It would be funny if it weren’t so tragic. Or do I mean, it would be tragic if it weren’t so funny? The political condition of post-Brexit Britain is what I’m talking about: the national mood. Sick with fear and fastened to a dying animal, we know not what we are.
Things, though, have taken a turn, perhaps for the better, perhaps for the worse, with Jeremy Corbyn’s surprise announcement at the end of August that the Labour Party will reverse its position on Brexit and back continued membership in the European Union single market beyond March 2019, when departure from the union was meant to be done and dusted. Why the Labour Party hasn’t been full-bloodedly opposing Brexit from the word go is a matter for another article.
Go back over who said what in the course of last year’s referendum — we are still doing little else in this country — and the most startling, if not the most decisive, moment came when Mr. Corbyn declared his support for remaining in such a dispirited and halfhearted fashion that it could easily have been mistaken for an argument for leaving. Asked on television to rate his enthusiasm for the European Union on a scale of one to 10, he stumbled to seven, then appeared to add a half, and then appeared to retract it. If Labour voters wondered which side he was on, you cannot blame them.
Few politicians look as compromised and conscious of being wrong-footed as Mr. Corbyn does on TV. He is at home only in gatherings of the faithful, where he doesn’t have to hide what’s in his heart because it’s in theirs as well. Throughout the referendum campaign, he came across as out of sorts, queasy and there on sufferance only.
On one side of him, senior Labour politicians were lauding the European Union for all it had done for labor legislation and the protection of workers’ rights. On the other, no-less-senior colleagues were arguing for the free movement of labor, which was a cornerstone of the union’s philosophy and to which no socialist, surely, could take exception. And there, in the middle, sat Jeremy Corbyn giving it seven and a half — or was it seven and a quarter? — and, according to reports, quietly ordering his party to temper its Euro-enthusiasm.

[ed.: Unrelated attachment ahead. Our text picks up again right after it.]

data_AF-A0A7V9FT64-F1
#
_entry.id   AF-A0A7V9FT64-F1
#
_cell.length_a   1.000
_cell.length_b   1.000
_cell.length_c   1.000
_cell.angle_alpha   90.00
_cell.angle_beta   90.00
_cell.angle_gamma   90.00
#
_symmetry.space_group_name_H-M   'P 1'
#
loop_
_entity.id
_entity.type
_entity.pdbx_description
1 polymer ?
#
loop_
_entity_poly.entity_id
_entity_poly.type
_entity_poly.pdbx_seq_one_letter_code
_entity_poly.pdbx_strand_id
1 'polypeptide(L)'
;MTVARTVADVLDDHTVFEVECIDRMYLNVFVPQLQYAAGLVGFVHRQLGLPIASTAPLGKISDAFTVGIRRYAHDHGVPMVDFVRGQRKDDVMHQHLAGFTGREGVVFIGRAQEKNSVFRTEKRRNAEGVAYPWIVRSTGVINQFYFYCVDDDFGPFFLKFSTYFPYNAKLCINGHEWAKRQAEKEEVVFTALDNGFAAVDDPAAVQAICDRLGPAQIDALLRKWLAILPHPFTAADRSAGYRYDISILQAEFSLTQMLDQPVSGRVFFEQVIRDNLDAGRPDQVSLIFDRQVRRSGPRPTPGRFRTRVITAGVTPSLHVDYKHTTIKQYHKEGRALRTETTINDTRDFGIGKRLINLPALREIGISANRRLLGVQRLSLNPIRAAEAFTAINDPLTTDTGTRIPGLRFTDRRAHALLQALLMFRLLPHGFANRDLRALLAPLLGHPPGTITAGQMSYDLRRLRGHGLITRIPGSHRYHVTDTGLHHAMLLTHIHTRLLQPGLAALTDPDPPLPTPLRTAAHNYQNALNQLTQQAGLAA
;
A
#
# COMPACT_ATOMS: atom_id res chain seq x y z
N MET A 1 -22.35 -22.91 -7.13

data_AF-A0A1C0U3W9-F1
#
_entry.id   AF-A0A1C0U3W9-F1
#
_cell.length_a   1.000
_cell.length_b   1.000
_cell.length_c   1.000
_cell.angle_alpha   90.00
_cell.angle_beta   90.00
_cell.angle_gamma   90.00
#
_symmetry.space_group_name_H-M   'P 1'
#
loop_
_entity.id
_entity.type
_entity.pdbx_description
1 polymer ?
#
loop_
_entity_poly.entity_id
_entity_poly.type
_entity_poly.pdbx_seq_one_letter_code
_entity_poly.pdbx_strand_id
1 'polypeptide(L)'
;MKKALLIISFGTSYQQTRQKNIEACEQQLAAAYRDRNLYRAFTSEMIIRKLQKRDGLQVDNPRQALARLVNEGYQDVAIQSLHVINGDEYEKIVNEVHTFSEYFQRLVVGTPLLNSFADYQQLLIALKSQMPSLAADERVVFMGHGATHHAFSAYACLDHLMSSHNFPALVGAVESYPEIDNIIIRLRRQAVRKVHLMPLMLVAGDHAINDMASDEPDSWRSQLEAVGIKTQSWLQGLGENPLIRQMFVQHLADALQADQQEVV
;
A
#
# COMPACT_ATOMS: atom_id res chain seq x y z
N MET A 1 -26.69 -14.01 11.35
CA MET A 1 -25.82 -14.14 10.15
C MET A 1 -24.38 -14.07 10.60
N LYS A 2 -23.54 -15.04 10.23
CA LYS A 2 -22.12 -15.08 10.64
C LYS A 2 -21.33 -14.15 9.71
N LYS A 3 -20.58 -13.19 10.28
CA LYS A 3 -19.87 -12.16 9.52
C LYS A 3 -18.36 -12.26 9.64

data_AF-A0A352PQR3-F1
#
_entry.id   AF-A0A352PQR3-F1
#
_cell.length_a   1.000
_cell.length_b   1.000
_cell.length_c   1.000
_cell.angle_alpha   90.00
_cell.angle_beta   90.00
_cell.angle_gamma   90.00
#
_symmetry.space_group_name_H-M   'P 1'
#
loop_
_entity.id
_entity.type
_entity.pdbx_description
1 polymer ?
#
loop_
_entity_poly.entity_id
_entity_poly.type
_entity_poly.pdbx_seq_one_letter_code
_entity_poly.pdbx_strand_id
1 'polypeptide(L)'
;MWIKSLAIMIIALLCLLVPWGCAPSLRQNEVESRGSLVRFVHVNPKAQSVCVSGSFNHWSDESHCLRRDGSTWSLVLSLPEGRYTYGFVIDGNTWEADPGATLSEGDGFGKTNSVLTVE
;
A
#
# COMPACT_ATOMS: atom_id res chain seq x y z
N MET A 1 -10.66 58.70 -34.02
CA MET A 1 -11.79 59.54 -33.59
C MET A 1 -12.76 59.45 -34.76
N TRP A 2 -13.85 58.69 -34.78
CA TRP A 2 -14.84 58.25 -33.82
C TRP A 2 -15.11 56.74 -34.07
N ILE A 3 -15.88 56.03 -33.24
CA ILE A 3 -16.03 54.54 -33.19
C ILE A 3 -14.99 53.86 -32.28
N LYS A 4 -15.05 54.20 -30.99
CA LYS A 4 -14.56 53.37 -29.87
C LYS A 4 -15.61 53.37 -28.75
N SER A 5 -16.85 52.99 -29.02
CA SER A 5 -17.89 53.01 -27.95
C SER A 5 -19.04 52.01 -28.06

Mr. Corbyn’s difficulty was that as a Labour man of the old school, he saw the European Union as a club for capitalist cronies and had never wanted Britain to belong to it in the first place.
Mr. Corbyn has been around a long time and has ideological skeletons in his cupboard. He saw a little too much of the Sinn Fein leader Gerry Adams than he should have at a time when the party’s paramilitary wing, the Provisional Irish Republican Army, was busy bombing English cities. He got on a little too well with Hamas, the Palestinian Islamist organization that the European Union continues to blacklist as a terrorist group. And he’d been no friend of the European Union. No surprise, then, that every time he was asked a question about where he’d been politically for the last half-century, he looked like a burglar caught with a sackful of silver.
But we see what we want to see, and that, evidently, was not how he appeared to everyone. The lackluster Mr. Corbyn is now a force in the land, thanks to Theresa May’s botched general election, a favorite of the young, the hottest turn at the summer’s rock festivals, where his addresses are greeted with the Shelley-inspired chant “For the many, not the few.”
No one really knew what June’s election was about. Mrs. May called it ostensibly to strengthen her hand with her own party and put her in a stronger negotiating position with the European Union. Since she declared herself weakly for staying in the union before the referendum and then declared herself strongly for leaving it afterward, it was never entirely clear who in her own party, never mind the union, she wanted to put herself in a stronger bargaining position with. That she campaigned with such extraordinary feebleness — making Mr. Corbyn’s seven and a half look like a masterstroke of decisiveness — might just be attributable to the confusion in her heart. The consequence, anyway, was that a ruling Conservative Party meant to romp home to decisive victory was returned to government with no overall majority — and a resurgent Mr. Corbyn.
Absurd in itself, the election has released an absurdism into the country already made to look foolish in its own eyes, never mind in others’, by a referendum that should never have been called and a resolution in which nothing was resolved. Tragedies like the recent terrorist attacks on Manchester and London and the fire at Grenfell Tower have drawn attention from this, but on the lips of anyone not a confirmed Brexiteer or Corbynite the word most often heard is “farce.” No one is in charge. No one says what he means. No one knows what’s going to happen or why things have happened as they have. Jeering has taken the place of debate. The mood is ugly.